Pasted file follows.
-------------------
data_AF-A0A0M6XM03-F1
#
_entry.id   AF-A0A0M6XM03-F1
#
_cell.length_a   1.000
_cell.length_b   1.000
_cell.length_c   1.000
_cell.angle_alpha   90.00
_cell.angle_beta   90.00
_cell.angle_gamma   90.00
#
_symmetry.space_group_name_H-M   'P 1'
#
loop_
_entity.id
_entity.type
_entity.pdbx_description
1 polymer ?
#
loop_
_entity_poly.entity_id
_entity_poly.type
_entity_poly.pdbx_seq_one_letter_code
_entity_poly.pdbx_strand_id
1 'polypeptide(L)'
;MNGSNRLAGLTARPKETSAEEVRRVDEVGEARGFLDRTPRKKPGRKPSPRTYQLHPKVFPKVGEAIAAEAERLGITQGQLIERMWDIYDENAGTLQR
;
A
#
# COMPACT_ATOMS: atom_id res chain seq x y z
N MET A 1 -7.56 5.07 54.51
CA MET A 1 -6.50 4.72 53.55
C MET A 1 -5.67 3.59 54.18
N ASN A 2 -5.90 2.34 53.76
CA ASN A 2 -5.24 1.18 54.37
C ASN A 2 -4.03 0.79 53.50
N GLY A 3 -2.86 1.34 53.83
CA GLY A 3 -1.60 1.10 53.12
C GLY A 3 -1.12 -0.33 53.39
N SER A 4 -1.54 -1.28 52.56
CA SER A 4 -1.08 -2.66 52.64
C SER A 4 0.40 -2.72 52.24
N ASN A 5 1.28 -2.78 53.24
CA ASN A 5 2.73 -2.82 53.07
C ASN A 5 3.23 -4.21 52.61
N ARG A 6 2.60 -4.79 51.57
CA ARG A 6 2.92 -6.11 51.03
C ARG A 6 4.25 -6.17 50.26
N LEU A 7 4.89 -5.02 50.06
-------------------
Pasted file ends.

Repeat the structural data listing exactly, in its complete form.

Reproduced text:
data_AF-A0A0M6XM03-F1
#
_entry.id   AF-A0A0M6XM03-F1
#
_cell.length_a   1.000
_cell.length_b   1.000
_cell.length_c   1.000
_cell.angle_alpha   90.00
_cell.angle_beta   90.00
_cell.angle_gamma   90.00
#
_symmetry.space_group_name_H-M   'P 1'
#
loop_
_entity.id
_entity.type
_entity.pdbx_description
1 polymer ?
#
loop_
_entity_poly.entity_id
_entity_poly.type
_entity_poly.pdbx_seq_one_letter_code
_entity_poly.pdbx_strand_id
1 'polypeptide(L)'
;MNGSNRLAGLTARPKETSAEEVRRVDEVGEARGFLDRTPRKKPGRKPSPRTYQLHPKVFPKVGEAIAAEAERLGITQGQLIERMWDIYDENAGTLQR
;
A
#
# COMPACT_ATOMS: atom_id res chain seq x y z
N MET A 1 -7.56 5.07 54.51
CA MET A 1 -6.50 4.72 53.55
C MET A 1 -5.67 3.59 54.18
N ASN A 2 -5.90 2.34 53.76
CA ASN A 2 -5.24 1.18 54.37
C ASN A 2 -4.03 0.79 53.50
N GLY A 3 -2.86 1.34 53.83
CA GLY A 3 -1.60 1.10 53.12
C GLY A 3 -1.12 -0.33 53.39
N SER A 4 -1.54 -1.28 52.56
CA SER A 4 -1.08 -2.66 52.64
C SER A 4 0.40 -2.72 52.24
N ASN A 5 1.28 -2.78 53.24
CA ASN A 5 2.73 -2.82 53.07
C ASN A 5 3.23 -4.21 52.61
N ARG A 6 2.60 -4.79 51.57
CA ARG A 6 2.92 -6.11 51.03
C ARG A 6 4.25 -6.17 50.26
N LEU A 7 4.89 -5.02 50.06